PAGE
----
My tween is taller than I am: What Chicago parents need to know about growth spurts

I knew the day would come. It was obvious that it wasn’t far away, and sometime this month, the inevitable happened. My tween grew taller than I am.

This isn’t shocking. I’m pretty ridiculously short. I’m not even 5’1” tall, though I do like to round up and say I’m that. And my tween has been asking to stand back-to-back for a while now as she (literally) inched up on me.

That is not at all surprising given that the tween years are marked by an insane amount of physical growth, especially in height. Every child is different, but on average, the overall puberty growth spurt begins around age 11 in boys and 9 in girls and can last between two and three years, according to a study published in Pediatrics.

My tween had been gradually getting taller over the past few years, and this summer she really took off.

That’s pretty textbook given that she’s not quite 12 and tween girls hit their growth spurt stride (technically called “peak height velocity”) at approximately 11 and a half years old. Researchers found that the greatest puberty growth spurt for boys occurs, on average, at age 13 and a half.

Growth in puberty accounts for approximately 20 percent of final adult height.

And yes, this explains why girls are so much taller than the boys in middle school. I may not be a scientist, but I could have come pretty close to guessing these peak ages based solely on watching the students pour out of the middle school doors at dismissal times.

Most girls reach their adult height between 14 and 15 years old and boys stop at approximately age 16, although muscle development continues beyond that, according to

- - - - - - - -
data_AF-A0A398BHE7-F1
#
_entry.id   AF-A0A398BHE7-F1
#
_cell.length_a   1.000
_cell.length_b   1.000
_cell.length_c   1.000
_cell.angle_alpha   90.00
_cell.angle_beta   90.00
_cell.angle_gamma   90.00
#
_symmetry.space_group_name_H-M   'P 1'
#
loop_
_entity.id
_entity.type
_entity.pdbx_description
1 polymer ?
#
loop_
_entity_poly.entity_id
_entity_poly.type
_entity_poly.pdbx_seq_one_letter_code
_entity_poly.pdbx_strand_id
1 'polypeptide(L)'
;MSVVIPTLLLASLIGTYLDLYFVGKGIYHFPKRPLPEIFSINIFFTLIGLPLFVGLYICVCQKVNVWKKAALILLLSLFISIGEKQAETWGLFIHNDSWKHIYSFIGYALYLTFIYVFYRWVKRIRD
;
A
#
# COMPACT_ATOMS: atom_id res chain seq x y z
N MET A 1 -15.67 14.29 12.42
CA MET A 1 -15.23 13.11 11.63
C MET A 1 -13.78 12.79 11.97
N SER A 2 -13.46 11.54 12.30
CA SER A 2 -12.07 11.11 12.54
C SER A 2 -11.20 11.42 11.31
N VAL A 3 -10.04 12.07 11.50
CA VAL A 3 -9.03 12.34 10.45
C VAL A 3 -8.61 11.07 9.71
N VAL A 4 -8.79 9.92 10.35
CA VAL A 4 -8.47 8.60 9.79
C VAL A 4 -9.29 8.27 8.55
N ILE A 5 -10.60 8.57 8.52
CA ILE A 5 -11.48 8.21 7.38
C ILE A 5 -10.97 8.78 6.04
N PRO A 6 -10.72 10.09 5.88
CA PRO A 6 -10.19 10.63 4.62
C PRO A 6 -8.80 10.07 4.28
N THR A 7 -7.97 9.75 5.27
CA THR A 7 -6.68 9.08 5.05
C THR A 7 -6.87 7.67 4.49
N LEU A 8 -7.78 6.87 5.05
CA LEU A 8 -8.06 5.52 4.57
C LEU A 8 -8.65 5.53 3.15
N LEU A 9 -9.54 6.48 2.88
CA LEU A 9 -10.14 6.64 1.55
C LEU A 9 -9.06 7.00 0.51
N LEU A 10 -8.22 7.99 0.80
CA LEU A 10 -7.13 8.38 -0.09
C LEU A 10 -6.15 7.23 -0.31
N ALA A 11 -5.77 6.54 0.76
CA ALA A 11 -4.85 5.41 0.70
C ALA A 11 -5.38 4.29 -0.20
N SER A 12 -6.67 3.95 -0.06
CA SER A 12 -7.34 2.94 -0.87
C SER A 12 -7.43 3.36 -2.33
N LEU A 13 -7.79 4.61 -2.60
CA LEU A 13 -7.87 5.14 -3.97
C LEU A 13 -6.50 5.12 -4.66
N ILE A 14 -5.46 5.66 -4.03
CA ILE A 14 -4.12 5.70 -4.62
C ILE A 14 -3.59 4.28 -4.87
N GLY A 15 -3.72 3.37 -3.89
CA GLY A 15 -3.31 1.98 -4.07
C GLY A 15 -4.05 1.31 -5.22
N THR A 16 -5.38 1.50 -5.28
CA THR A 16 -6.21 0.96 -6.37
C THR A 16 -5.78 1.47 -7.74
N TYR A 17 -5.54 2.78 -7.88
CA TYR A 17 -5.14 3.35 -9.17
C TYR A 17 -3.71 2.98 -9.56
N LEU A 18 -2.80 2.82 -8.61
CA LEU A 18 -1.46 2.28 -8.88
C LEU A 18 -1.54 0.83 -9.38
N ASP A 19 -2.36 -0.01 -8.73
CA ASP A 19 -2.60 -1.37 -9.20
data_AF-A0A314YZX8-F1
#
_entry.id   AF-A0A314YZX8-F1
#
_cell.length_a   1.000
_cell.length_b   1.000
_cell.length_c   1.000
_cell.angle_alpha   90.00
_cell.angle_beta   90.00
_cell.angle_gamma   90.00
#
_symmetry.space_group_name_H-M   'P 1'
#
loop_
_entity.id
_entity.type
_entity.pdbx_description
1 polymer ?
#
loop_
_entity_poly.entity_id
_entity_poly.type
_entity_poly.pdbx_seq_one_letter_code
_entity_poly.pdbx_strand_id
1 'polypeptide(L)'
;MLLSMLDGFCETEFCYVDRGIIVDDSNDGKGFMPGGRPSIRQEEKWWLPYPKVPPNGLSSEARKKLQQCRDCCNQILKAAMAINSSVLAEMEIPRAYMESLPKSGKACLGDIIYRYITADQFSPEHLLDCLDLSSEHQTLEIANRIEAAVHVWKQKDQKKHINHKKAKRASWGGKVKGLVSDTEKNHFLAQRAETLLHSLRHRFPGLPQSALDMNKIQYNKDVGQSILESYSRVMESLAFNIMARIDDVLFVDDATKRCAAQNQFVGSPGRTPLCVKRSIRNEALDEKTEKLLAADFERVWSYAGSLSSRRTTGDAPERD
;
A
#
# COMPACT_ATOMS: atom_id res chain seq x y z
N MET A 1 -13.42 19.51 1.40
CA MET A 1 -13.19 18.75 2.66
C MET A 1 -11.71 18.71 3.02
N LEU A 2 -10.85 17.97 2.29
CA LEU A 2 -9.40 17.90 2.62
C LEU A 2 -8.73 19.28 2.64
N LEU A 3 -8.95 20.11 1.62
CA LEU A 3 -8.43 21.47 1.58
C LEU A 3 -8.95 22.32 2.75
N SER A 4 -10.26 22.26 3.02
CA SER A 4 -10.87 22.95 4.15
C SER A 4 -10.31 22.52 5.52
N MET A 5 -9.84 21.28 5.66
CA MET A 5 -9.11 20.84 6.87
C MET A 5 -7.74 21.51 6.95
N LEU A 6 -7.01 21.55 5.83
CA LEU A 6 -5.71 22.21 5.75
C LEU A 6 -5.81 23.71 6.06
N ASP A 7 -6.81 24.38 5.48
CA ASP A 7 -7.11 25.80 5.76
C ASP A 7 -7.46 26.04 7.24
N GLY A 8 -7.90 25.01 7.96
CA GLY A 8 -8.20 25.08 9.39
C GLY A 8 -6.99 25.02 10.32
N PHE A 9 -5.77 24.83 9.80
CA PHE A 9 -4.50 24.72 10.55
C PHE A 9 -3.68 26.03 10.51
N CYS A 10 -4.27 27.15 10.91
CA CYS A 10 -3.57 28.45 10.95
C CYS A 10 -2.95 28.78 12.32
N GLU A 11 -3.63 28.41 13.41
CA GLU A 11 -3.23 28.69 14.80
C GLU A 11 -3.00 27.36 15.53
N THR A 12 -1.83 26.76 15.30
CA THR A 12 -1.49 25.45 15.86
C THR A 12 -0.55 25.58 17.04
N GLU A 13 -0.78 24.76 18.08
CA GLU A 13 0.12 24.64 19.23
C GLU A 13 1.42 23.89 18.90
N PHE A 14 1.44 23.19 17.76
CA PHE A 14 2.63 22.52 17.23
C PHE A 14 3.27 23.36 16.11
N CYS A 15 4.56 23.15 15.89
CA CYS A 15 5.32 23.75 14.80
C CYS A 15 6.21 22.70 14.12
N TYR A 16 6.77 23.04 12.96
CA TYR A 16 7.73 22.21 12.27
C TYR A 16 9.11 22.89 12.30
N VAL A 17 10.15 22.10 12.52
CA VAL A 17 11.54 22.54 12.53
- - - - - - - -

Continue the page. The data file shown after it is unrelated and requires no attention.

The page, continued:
For tweens and adolescents to grow at the rate they should, they need to have adequate sleep and proper nutrition, as well as exercise. Don’t be shocked if your kid starts eating you out of house and home or sleeping a lot. Remember when they would do that as a baby right before a growth spurt? It’s the same thing.

Push the healthy foods as much as possible and make sure they’re getting lots of calcium — their growing bones need it. In addition to dairy, decent sources of calcium include broccoli, leafy green vegetables, beans and even calcium-fortified orange juice.

If you have any concerns about your child’s growth and development as a parent, certainly bring it up with your child’s doctor. It seems parents are less likely to stay on top of annual checkups once kids hit adolescence and have received all their vaccinations. Monitoring growth, however, is one of the many reasons to make that annual visit.

Adolescents often struggle with standing out as the tallest or the shortest in the class at a time when they desperately want to fit in. Encourage kids to discuss any concerns they have with their doctor and health care providers, who will likely also be able to reassure them that not only are they normal, they are not the only ones to worry about those issues.

Parents can also reassure their adolescents that everyone develops at their own rate. Given the much of development at this age is related to genetics, you may have had a similar experience and can share your stories with them. They may roll their eyes, but it may also bring a modicum of comfort.

My tween, however, is just counting her lucky stars that she’s not as short as her mother. Guess it is all about perspective.

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